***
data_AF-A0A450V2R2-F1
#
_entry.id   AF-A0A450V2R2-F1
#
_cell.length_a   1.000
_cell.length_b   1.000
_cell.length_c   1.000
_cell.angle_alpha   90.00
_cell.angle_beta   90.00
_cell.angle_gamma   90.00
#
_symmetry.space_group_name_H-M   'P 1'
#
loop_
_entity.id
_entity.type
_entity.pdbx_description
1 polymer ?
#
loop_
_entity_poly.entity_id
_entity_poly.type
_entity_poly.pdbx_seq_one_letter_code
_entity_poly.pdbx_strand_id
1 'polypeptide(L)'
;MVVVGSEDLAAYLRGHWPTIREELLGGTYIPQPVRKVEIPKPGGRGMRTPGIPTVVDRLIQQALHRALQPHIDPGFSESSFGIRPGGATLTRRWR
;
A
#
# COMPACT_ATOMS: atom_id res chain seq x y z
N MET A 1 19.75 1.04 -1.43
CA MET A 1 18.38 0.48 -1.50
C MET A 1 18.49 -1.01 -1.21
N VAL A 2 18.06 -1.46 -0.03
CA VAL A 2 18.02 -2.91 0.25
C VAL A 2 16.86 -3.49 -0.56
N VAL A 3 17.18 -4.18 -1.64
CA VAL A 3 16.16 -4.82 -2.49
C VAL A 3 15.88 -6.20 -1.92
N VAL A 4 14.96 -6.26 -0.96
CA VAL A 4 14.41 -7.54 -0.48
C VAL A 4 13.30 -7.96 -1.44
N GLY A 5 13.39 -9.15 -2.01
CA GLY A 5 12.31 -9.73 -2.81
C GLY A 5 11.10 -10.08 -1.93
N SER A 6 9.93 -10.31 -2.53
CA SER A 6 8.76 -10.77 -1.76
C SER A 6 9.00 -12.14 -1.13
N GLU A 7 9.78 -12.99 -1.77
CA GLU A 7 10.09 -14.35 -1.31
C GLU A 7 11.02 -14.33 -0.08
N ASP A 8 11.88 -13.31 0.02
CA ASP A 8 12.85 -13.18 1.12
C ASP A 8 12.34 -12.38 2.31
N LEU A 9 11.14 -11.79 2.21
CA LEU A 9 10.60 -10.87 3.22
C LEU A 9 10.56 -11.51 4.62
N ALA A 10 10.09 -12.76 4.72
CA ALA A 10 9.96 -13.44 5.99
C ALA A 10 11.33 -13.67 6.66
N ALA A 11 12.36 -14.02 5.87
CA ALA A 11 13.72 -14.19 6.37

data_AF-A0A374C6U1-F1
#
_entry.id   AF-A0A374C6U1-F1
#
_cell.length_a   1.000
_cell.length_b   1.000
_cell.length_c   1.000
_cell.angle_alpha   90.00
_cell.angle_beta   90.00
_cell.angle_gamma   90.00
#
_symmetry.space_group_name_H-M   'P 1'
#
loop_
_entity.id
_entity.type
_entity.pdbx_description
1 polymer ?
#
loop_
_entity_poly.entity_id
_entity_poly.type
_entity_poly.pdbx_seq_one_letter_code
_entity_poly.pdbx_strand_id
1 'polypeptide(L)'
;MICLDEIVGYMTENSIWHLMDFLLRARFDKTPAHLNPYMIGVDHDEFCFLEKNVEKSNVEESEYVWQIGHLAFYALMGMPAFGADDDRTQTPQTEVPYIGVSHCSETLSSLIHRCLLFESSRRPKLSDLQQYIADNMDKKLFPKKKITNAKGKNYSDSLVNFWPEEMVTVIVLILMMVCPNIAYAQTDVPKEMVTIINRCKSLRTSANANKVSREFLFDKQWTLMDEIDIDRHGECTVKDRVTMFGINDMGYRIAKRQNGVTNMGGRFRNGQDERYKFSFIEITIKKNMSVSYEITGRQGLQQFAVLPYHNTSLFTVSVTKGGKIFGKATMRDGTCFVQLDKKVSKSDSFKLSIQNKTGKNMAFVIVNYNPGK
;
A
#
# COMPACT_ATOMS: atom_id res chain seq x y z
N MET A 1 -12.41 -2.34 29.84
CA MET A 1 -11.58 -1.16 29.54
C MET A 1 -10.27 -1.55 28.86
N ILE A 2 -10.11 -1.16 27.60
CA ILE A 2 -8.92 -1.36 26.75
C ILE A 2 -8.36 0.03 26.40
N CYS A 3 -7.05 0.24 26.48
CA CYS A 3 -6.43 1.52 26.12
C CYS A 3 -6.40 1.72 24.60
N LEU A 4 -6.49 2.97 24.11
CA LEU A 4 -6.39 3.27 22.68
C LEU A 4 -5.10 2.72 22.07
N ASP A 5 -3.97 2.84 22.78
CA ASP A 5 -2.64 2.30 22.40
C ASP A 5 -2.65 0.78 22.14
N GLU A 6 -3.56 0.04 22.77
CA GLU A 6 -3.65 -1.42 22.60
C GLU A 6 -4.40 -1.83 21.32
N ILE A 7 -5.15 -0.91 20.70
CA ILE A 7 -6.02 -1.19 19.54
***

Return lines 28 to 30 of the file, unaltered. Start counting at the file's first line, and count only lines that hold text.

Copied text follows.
A
#
# COMPACT_ATOMS: atom_id res chain seq x y z